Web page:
|Earl of Argyll|
|Tenure||October 1529 - 1558|
|Predecessor||Colin Campbell, 3rd Earl of Argyll|
|Successor||Archibald Campbell, 5th Earl of Argyll|
Dulnynn, Argyll, Scotland.
|Spouse(s)||Lady Helen Hamilton|
Lady Margaret Graham
|Parents||Colin Campbell, 3rd Earl of Argyll|
Lady Jean Gordon
Archibald Campbell was the eldest son of Colin Campbell, 3rd Earl of Argyll (died 1529) and Lady Jean Gordon, daughter of Alexander Gordon, 3rd Earl of Huntly. Immediately after succeeding as Earl of Argyll and to the offices of his father, in October 1529, he was put in command of an expedition to quell an insurrection in the southern Scottish Isles. The voluntary submission of the main chiefs resulted; and Alexander MacDonald of Dunnyveg, a prime mover in the insurrection, was able to convince King James V of Scotland that he was personally well disposed to the government. More than that, MacDonald argued that the disturbances in the Isles were chiefly because the Earls of Argyll had made use of the office of lieutenant over the Isles, for their own personal aggrandizement. Archibald was therefore summoned before the King to give an account of the duties and rental of the Isles, received by him; and, as the result of the inquiry, he was committed for a time to prison. Shortly afterwards, he was liberated, but was deprived of his offices, and they were not restored to him until after the death of King James V.
In a charter of 28 April 1542, Archibald Campbell was called "master of the king's wine cellar". Along with the Earl of Huntly and the Earl of Moray, he was named one of the Council of the Scottish Monarchy in the document which Cardinal Beaton produced as the will of King James V, and which also appointed Beaton governor of the Kingdom and guardian to the infant Mary, Queen of Scots, daughter and heir of King James. After the arrest of Beaton, on 20 January 1543, Archibald retired to his own lands to muster a force inorder to maintain the struggle against James Hamilton, Earl of Arran, who had been chosen governor. Shortly afterwards, the Earls of Argyll, Huntly, Moray, and the Earl of Bothwell, supported by many of the barons and landed gentry, as well as by the bishops and abbots, assembled at Perth, vowing their determination to resist the measures of the governor. On being summoned by the governor to disperse, they did not resist; but when it became known that King Henry VIII of England had succeeded in arranging a treaty of marriage between the young queen Mary and his son, Prince Edward Tudor, the Earls of Argyll, Huntly, Bothwell, and Lennox marched from Stirling with a force of ten thousand men, and compelled the governor to surrender to their charge, the infant Queen, with whom they returned to Stirling.
In the summer of 1544, Matthew Stewart, 4th Earl of Lennox, who had joined over to the party of King Henry VIII, plundered the Isle of Arran, and made himself master of the Isle of Bute and Rothesay Castle, with the support of eighteen ships and 800 men supplied by King Henry. As he sailed down the River Clyde, he was fired on by Archibald, who with four thousand men occupied Dunoon Castle. After a consultation with his English officers, Lennox attacked Dunoon Castle, as well as burning the nearby village and church. Sustaining great loss, Archibald was driven out of the castle. Lennox subsequently then laid waste a large part of Kintyre, but as he had not succeeded in regaining possession of his stronghold, Dumbarton Castle, Lennox retreated to his ships and sailed for England around 28 May 1544. Later, on the forfeiture of the estates of Lennox, Archibald was rewarded with the largest share. Although Lennox continued to arouse discontent in the Isles, the practical result of his actions only increased the power of the Earl of Argyll.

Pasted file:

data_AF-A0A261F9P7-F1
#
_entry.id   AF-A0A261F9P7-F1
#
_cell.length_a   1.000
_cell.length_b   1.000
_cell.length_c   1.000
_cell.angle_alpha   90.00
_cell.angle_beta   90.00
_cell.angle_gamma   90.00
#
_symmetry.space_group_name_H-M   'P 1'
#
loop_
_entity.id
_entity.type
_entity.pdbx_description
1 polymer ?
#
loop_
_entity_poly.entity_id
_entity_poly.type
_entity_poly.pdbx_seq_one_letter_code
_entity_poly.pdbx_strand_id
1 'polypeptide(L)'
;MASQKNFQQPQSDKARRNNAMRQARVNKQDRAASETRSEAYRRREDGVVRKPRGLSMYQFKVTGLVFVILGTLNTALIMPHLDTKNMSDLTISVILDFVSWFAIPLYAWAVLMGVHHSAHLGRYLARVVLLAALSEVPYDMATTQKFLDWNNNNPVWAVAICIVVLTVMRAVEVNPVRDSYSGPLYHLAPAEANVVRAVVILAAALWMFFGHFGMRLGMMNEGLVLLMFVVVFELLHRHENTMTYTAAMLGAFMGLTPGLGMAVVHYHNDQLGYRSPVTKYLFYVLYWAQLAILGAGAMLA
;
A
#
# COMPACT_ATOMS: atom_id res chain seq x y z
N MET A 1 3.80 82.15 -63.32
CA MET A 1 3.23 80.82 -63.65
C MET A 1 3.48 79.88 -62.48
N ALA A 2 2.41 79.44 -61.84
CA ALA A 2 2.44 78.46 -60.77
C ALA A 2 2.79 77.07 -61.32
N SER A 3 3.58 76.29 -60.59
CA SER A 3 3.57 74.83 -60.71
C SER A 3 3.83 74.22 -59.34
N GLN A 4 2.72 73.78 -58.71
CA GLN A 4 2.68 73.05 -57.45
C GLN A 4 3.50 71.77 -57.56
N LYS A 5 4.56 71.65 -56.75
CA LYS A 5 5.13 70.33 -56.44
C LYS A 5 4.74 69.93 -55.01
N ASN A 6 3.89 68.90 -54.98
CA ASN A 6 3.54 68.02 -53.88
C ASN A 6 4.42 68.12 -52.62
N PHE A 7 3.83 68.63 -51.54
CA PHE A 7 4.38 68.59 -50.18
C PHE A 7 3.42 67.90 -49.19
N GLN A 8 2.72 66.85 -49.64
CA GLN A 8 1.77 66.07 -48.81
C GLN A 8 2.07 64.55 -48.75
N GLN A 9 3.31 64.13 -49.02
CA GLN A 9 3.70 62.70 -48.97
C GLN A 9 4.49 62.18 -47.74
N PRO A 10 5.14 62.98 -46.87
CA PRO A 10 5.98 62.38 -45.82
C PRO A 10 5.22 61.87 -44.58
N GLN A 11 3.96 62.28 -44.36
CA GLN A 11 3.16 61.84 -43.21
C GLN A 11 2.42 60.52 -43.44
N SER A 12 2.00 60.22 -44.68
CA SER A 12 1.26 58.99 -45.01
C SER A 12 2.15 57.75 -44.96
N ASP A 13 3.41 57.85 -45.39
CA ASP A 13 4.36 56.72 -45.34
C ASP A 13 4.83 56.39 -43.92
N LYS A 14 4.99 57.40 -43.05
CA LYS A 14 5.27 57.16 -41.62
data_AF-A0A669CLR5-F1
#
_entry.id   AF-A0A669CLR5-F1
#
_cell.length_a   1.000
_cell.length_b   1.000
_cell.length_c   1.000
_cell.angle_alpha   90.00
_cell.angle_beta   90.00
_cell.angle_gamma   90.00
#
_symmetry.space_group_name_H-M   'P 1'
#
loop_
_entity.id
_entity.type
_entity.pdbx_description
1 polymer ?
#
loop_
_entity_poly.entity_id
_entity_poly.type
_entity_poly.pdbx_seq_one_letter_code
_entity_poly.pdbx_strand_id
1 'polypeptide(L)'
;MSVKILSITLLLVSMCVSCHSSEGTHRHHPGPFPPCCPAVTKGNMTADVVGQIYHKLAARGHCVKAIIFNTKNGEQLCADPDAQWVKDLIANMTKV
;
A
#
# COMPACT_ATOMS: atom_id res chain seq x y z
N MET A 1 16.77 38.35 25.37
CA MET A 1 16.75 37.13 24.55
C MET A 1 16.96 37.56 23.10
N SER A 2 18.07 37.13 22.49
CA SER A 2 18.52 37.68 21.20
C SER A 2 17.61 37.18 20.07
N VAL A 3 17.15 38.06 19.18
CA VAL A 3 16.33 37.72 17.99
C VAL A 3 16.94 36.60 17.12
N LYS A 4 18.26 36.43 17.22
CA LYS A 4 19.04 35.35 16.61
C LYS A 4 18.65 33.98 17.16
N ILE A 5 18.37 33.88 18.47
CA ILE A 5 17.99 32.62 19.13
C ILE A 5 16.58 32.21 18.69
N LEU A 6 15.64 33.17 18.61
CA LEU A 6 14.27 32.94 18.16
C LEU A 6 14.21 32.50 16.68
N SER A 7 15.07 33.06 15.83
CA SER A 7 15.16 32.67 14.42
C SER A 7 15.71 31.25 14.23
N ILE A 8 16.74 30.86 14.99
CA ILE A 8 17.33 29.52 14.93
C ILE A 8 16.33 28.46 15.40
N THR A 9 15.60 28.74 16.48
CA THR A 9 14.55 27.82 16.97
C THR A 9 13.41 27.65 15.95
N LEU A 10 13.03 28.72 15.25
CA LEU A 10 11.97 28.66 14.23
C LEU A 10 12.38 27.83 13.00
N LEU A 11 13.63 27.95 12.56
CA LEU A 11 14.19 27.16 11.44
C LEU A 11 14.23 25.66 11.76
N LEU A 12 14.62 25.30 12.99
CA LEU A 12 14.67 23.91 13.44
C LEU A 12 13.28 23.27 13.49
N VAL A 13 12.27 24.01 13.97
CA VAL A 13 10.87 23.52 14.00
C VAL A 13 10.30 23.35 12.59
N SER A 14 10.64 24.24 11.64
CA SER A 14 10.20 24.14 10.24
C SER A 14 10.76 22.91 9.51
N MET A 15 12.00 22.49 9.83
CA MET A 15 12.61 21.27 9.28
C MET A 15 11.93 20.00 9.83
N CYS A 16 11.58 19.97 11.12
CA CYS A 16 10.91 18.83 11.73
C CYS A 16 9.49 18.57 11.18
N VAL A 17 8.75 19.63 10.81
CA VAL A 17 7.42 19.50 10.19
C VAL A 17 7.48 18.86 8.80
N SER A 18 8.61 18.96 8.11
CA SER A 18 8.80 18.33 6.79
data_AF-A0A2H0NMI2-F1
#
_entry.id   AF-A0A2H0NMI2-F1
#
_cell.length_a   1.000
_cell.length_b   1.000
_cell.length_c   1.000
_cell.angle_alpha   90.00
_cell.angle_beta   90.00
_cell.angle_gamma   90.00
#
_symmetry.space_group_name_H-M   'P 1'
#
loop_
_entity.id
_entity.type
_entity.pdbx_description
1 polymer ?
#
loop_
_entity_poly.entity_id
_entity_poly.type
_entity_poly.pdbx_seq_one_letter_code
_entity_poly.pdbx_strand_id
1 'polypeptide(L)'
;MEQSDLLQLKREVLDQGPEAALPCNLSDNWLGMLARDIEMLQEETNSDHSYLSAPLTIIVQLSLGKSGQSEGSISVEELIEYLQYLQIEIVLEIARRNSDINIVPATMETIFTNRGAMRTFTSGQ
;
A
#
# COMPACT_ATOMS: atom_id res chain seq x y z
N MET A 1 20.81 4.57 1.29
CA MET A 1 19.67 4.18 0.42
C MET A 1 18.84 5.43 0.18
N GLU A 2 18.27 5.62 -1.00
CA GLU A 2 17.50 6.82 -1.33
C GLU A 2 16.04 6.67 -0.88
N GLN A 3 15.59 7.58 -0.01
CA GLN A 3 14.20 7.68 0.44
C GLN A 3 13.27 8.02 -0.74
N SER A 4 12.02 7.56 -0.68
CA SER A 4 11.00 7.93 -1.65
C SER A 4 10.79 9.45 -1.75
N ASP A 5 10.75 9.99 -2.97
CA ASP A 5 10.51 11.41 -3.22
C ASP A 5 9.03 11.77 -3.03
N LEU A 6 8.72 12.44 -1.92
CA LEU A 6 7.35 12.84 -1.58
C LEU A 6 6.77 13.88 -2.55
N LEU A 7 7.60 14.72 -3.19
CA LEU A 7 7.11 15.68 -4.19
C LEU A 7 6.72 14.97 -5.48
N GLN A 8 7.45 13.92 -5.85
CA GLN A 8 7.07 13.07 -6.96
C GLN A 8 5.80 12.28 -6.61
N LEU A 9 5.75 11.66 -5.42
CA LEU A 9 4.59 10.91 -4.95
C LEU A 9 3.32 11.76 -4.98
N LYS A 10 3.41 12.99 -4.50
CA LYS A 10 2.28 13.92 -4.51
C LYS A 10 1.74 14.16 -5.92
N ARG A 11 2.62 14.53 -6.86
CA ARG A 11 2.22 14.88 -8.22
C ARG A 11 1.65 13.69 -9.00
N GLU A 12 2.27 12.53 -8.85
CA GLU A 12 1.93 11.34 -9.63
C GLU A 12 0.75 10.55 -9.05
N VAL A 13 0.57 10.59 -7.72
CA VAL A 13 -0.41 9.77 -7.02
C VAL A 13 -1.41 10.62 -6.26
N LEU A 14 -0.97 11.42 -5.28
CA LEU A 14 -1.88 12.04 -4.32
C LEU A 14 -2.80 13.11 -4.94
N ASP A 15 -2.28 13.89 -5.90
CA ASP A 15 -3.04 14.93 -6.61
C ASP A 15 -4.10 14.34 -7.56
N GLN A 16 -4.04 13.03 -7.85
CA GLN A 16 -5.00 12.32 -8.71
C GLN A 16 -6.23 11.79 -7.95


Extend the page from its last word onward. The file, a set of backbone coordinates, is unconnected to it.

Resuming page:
At the Battle of Pinkie, on 10 September 1547, the Earl of Argyll, with four thousand west Highlanders, held command of the right wing of the Scottish army. In January 1548, he advanced to Dundee to capture Broughty Castle; but English negotiators deterred him, even if he denied the rumours that he favored England and had been bought off. At the siege of Haddington, he was made "Knight of the Cockle" by King Henry II of France, at the same time as the Earls of Angus and Huntly.
Argyll wrote to Mary of Guise from Dunstaffnage Castle on 12 August 1554 after receiving her instructions to suppress rebellion in the Western Isles. He would proceed towards Mull and meet up with James McConnell and MacLaine, and Salabous, the Captain of Dunbar, had brought his soldiers.
Archibald Campbell had come under the influence of John Knox and the Scottish Reformation. On his way to Geneva in 1556, Knox stayed with him at Castle Campbell. After the agreement of the barons, in December 1557, that the reformed preachers should teach in private houses till the government should allow them to preach in public, Archibald took on the protection of John Douglas, a Carmelite friar. To induce Archibald to renounce the reformed faith, John Hamilton, Archbishop of St. Andrews, sent him a long letter, to which he wrote a detailed answer.
Archibald Campbell died between 21 August 1558 and 2 December 1558 in Dulnynn, Scotland. He was buried at Kilmun Parish Church in Cowal, Scotland. Upon his death, he was succeeded by his son, also named Archibald Campbell.
Archibald Campbell was married three times. He was married firstly to Lady Helen Hamilton (died in or before 1541), daughter of James Hamilton, 1st Earl of Arran and Janet Bethune. They had a son:
Archibald was married secondly to Lady Margaret Graham, daughter of William Graham, 3rd Earl of Menteith and Margaret Moubray, on 21 April 1541 at the Priory of Inchmahome. They had three children:
He had two other children who were illegitimate:
Archibald Campbell, 4th Earl of Argyll was the son of Colin Campbell, 3rd Earl of Argyll and Jean Gordon. ...CS1 maint: ref=harv (link) cites: